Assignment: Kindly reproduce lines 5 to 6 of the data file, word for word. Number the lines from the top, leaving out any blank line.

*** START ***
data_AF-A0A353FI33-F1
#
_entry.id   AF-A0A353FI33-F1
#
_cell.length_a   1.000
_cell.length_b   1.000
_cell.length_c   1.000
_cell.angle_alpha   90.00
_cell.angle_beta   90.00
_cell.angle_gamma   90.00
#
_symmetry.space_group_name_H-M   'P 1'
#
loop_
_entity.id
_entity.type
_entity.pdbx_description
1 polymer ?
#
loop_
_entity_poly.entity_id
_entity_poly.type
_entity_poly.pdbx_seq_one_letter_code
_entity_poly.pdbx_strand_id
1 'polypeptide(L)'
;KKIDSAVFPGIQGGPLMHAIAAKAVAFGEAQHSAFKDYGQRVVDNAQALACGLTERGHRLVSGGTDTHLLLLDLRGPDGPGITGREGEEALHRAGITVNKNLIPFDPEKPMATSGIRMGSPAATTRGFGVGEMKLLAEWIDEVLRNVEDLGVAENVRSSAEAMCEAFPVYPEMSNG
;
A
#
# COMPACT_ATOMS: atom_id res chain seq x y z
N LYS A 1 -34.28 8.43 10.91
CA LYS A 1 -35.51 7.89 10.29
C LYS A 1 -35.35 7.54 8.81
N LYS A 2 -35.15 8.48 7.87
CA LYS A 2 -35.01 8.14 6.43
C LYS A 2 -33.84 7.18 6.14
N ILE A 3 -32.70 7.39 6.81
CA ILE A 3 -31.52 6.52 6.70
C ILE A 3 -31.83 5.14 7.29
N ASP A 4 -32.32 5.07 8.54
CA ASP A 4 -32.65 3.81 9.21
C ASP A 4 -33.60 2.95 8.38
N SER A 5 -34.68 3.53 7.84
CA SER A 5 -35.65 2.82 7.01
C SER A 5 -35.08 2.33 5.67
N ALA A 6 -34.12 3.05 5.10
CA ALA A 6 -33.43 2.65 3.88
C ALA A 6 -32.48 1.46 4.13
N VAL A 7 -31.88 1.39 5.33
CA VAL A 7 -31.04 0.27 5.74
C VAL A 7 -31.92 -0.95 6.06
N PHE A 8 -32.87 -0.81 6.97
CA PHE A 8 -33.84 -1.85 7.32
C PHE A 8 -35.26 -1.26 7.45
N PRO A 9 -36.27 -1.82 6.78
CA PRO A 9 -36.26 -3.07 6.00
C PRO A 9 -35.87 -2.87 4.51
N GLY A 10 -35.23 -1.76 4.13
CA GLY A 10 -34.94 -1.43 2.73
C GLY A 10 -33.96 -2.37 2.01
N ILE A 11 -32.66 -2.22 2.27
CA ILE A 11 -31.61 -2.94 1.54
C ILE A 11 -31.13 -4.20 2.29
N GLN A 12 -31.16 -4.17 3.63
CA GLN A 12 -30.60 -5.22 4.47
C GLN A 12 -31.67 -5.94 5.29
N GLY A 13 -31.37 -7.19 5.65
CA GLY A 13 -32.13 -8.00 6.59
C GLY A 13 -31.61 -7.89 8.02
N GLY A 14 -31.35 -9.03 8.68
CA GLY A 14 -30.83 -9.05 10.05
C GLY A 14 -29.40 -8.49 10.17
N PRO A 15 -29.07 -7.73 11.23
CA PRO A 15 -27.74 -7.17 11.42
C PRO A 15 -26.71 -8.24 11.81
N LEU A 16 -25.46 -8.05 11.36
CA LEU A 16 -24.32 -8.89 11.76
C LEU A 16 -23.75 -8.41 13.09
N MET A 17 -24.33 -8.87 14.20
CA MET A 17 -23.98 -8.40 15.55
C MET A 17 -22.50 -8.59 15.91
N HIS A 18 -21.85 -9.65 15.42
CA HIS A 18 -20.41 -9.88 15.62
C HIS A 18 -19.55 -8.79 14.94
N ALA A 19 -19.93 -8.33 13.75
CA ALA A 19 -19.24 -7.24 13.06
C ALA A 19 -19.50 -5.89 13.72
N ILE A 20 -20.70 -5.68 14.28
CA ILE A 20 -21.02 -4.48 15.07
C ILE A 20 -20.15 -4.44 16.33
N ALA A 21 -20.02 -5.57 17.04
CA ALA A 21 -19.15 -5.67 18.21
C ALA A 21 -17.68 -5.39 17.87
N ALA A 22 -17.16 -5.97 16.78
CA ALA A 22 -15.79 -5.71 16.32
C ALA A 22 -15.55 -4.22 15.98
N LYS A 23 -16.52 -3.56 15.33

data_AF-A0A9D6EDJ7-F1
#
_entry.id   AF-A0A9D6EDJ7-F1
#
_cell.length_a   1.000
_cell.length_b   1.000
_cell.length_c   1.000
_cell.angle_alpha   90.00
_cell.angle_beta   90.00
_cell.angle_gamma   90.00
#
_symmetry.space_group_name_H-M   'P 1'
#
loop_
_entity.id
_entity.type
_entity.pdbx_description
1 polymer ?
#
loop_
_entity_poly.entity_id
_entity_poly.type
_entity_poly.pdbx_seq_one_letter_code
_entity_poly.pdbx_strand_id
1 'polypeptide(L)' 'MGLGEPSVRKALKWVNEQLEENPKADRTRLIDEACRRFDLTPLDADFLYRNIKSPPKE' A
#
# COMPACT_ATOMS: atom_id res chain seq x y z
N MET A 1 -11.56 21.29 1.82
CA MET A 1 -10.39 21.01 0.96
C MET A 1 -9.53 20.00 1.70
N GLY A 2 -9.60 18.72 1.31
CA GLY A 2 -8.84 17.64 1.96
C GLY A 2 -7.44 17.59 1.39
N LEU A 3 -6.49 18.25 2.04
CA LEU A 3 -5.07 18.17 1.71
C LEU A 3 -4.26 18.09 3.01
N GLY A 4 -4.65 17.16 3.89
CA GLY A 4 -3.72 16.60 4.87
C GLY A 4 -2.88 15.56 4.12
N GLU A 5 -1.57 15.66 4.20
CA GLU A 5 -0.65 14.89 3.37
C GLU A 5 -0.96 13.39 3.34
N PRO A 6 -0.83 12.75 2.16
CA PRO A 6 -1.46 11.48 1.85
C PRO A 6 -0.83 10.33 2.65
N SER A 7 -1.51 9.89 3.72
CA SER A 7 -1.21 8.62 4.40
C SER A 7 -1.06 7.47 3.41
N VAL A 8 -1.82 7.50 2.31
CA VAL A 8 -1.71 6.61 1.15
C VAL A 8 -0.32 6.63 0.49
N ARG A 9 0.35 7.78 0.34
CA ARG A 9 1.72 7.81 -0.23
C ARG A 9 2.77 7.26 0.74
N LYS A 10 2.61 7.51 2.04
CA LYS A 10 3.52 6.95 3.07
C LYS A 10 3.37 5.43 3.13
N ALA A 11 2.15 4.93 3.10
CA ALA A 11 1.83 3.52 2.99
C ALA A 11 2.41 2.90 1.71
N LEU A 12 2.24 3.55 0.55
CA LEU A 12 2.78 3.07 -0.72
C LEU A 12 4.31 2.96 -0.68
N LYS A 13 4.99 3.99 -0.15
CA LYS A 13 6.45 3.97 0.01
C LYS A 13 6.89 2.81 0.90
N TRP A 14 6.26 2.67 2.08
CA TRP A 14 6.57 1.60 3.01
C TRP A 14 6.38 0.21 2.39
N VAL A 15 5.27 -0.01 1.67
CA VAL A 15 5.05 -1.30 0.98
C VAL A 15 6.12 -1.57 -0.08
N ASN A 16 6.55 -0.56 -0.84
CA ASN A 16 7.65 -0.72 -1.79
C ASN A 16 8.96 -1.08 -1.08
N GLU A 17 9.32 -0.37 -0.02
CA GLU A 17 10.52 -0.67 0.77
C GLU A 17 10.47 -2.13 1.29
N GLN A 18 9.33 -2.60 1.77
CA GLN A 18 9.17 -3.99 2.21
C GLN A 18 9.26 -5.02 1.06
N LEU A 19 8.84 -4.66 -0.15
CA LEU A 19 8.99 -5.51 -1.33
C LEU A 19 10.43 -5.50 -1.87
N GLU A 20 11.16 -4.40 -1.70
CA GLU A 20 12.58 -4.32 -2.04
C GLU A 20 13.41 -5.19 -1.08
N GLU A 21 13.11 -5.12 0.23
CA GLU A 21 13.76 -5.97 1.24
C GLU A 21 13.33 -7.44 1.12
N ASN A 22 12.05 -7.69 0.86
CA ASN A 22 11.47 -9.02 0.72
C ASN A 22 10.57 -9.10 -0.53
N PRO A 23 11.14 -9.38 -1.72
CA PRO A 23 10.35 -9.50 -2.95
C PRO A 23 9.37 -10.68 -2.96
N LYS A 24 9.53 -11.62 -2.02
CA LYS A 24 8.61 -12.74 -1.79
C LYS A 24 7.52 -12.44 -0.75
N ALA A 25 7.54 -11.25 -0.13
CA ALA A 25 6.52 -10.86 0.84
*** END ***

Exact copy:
_cell.length_a   1.000
_cell.length_b   1.000